• The CIV is the “beneficial owner” of income whether CIV satisfies any limitation on benefits provisions.


CIV Difficulties in Obtaining Source Country Treaty Relief

  • Practical tax reclaim issues.

    • Not practical for investors in a publicly offered or widely-owned CIV to claim treaty relief.

    • In summary, CIVs face lack of direct access to treaty benefits and an inability to implement refund claims for investors.


CIV Difficulties in Obtaining Source Country Treaty Relief

  • CIV treaty relief – dividends.

    • Resident CIV must be “liable to tax.”

    • CIV must be beneficial owner of dividends.

    • US-style limitation on benefits:

      • Exemption for publicly-traded companies does not apply to “open-end” funds.

      • Ownership test difficult to administer.


CIV Difficulties in Obtaining Source Country Treaty Relief

  • Pension plans and other tax-exempt investors

    • Some treaties allow pension plans, tax-exempt organizations exemption from source country taxation.

    • CIVs sometimes organize to pool these investors’ funds.

    • CIVs should be allowed to accommodate these funds.


Principles for Obtaining Source Country Treaty Relief

  • Principles for addressing CIV/Investor treaty issues.

    • Avoid double taxation, do not foster double non-taxation.

    • Treat economically similar investors similarly.

    • Preserve benefits of residence country tax-exemption.

    • Implementation of treaty relief at CIV level.

  • Do not expect a “one size fits all” solution.


Addressing CIV Treaty Issues

  • Consider modifying treaty rules for CIVs.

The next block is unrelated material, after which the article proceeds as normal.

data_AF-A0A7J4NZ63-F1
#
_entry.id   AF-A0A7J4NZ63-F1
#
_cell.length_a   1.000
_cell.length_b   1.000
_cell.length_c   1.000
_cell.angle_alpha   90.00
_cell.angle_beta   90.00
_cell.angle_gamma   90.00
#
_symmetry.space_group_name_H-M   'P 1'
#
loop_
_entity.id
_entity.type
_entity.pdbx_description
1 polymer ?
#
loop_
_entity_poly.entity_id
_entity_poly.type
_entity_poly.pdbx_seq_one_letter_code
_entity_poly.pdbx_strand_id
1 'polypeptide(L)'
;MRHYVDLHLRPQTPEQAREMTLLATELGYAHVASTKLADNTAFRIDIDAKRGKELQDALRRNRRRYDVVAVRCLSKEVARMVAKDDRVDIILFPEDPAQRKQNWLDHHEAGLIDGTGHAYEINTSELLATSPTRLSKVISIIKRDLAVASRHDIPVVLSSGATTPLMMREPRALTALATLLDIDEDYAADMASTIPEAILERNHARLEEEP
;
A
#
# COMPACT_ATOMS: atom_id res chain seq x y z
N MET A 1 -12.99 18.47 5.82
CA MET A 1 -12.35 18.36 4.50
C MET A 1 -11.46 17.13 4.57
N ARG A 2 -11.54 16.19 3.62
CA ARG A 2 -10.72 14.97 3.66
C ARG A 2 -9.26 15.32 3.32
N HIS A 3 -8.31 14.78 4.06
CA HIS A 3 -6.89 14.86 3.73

• Residence issues.

      • Clear definitions for classification of CIV forms as transparent and non-transparent.

      • Clear rules for whether CIV is eligible to claim treaty relief directly.

      • If CIV subject to tax, it should be allowed to claim treaty relief.


Addressing CIV Treaty Issues

  • Consider modifying treaty rules for CIVs (cont’d)

    • Transparent CIV entities.

      • To the extent possible, consistent with treaty purposes, identify transparent CIV entity may claim treaty relief on behalf of its investors.

      • For example, treaty relief allowed at the level of the CIV if investors are from qualifying countries that treat the CIV as transparent.


Addressing CIV Treaty Issues

  • Consider modifying treaty rules for CIVs (cont’d)

    • Beneficial owner and limitation on benefit issues.

      • If income taxed to the investor through withholding or directly, treaty eligibility should be allowed at entity level.

      • Tax-exempt entities.

  • Consider special CIV treaty rules


Improve Treaty Reclaim Process

  • Relief at source should be the objective.

  • Streamline procedures for standardize documentation requirements.

    • Permit use of omnibus accounts (pooling of assets).

    • Documentation by intermediary with a “know-your customer” relationship with investor.

    • Documentation should be “verifiable” by the source country.

  • See G30 Proposal


Next Steps

  • Consider convening advisory group including representatives from industry to further examine issues and alternative solutions.